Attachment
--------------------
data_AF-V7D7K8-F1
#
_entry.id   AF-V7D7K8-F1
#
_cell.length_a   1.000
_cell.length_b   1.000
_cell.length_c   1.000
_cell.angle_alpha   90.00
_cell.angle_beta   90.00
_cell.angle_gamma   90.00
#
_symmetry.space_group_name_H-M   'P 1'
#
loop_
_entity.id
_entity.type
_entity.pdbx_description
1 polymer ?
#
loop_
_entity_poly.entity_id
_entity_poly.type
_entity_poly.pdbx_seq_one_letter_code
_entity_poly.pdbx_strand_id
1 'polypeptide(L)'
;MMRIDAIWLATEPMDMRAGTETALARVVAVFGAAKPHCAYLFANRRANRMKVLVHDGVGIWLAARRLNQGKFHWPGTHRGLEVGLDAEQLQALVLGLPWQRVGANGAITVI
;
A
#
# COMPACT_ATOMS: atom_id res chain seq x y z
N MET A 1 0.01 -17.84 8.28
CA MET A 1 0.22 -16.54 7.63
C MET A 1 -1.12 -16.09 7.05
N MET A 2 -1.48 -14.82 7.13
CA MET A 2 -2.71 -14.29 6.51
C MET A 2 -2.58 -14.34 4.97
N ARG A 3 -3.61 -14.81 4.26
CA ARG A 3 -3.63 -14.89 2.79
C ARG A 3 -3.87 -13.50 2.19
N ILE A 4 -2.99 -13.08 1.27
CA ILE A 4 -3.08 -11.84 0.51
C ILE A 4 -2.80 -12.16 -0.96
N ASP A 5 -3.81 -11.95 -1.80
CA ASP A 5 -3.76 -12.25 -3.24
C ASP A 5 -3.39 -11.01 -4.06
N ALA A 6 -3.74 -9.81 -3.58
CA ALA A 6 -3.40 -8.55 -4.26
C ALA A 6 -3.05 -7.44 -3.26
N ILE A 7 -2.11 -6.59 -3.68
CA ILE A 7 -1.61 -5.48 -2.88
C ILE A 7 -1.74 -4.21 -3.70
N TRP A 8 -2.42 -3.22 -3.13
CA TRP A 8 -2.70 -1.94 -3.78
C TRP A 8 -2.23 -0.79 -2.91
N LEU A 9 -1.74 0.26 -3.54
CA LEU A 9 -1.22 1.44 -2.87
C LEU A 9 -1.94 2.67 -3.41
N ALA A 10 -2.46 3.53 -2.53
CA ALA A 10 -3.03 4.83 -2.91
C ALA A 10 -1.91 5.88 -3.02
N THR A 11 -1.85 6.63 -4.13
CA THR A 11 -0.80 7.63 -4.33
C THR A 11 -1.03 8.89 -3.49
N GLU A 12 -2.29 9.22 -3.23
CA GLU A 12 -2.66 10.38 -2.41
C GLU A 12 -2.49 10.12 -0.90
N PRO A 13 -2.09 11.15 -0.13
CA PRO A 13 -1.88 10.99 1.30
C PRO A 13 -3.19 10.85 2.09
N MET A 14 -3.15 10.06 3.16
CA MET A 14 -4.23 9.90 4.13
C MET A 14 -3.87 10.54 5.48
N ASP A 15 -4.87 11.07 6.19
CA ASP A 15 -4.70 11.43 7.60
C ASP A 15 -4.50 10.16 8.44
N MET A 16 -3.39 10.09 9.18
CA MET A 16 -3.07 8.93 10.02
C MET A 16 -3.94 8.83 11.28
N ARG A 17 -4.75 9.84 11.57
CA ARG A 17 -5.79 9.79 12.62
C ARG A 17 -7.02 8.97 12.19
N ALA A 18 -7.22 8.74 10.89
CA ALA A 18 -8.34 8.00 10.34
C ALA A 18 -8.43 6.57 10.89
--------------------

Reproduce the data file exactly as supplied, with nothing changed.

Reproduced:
data_AF-V7D7K8-F1
#
_entry.id   AF-V7D7K8-F1
#
_cell.length_a   1.000
_cell.length_b   1.000
_cell.length_c   1.000
_cell.angle_alpha   90.00
_cell.angle_beta   90.00
_cell.angle_gamma   90.00
#
_symmetry.space_group_name_H-M   'P 1'
#
loop_
_entity.id
_entity.type
_entity.pdbx_description
1 polymer ?
#
loop_
_entity_poly.entity_id
_entity_poly.type
_entity_poly.pdbx_seq_one_letter_code
_entity_poly.pdbx_strand_id
1 'polypeptide(L)'
;MMRIDAIWLATEPMDMRAGTETALARVVAVFGAAKPHCAYLFANRRANRMKVLVHDGVGIWLAARRLNQGKFHWPGTHRGLEVGLDAEQLQALVLGLPWQRVGANGAITVI
;
A
#
# COMPACT_ATOMS: atom_id res chain seq x y z
N MET A 1 0.01 -17.84 8.28
CA MET A 1 0.22 -16.54 7.63
C MET A 1 -1.12 -16.09 7.05
N MET A 2 -1.48 -14.82 7.13
CA MET A 2 -2.71 -14.29 6.51
C MET A 2 -2.58 -14.34 4.97
N ARG A 3 -3.61 -14.81 4.26
CA ARG A 3 -3.63 -14.89 2.79
C ARG A 3 -3.87 -13.50 2.19
N ILE A 4 -2.99 -13.08 1.27
CA ILE A 4 -3.08 -11.84 0.51
C ILE A 4 -2.80 -12.16 -0.96
N ASP A 5 -3.81 -11.95 -1.80
CA ASP A 5 -3.76 -12.25 -3.24
C ASP A 5 -3.39 -11.01 -4.06
N ALA A 6 -3.74 -9.81 -3.58
CA ALA A 6 -3.40 -8.55 -4.26
C ALA A 6 -3.05 -7.44 -3.26
N ILE A 7 -2.11 -6.59 -3.68
CA ILE A 7 -1.61 -5.48 -2.88
C ILE A 7 -1.74 -4.21 -3.70
N TRP A 8 -2.42 -3.22 -3.13
CA TRP A 8 -2.70 -1.94 -3.78
C TRP A 8 -2.23 -0.79 -2.91
N LEU A 9 -1.74 0.26 -3.54
CA LEU A 9 -1.22 1.44 -2.87
C LEU A 9 -1.94 2.67 -3.41
N ALA A 10 -2.46 3.53 -2.53
CA ALA A 10 -3.03 4.83 -2.91
C ALA A 10 -1.91 5.88 -3.02
N THR A 11 -1.85 6.63 -4.13
CA THR A 11 -0.80 7.63 -4.33
C THR A 11 -1.03 8.89 -3.49
N GLU A 12 -2.29 9.22 -3.23
CA GLU A 12 -2.66 10.38 -2.41
C GLU A 12 -2.49 10.12 -0.90
N PRO A 13 -2.09 11.15 -0.13
CA PRO A 13 -1.88 10.99 1.30
C PRO A 13 -3.19 10.85 2.09
N MET A 14 -3.15 10.06 3.16
CA MET A 14 -4.23 9.90 4.13
C MET A 14 -3.87 10.54 5.48
N ASP A 15 -4.87 11.07 6.19
CA ASP A 15 -4.70 11.43 7.60
C ASP A 15 -4.50 10.16 8.44
N MET A 16 -3.39 10.09 9.18
CA MET A 16 -3.07 8.93 10.02
C MET A 16 -3.94 8.83 11.28
N ARG A 17 -4.75 9.84 11.57
CA ARG A 17 -5.79 9.79 12.62
C ARG A 17 -7.02 8.97 12.19
N ALA A 18 -7.22 8.74 10.89
CA ALA A 18 -8.34 8.00 10.34
C ALA A 18 -8.43 6.57 10.89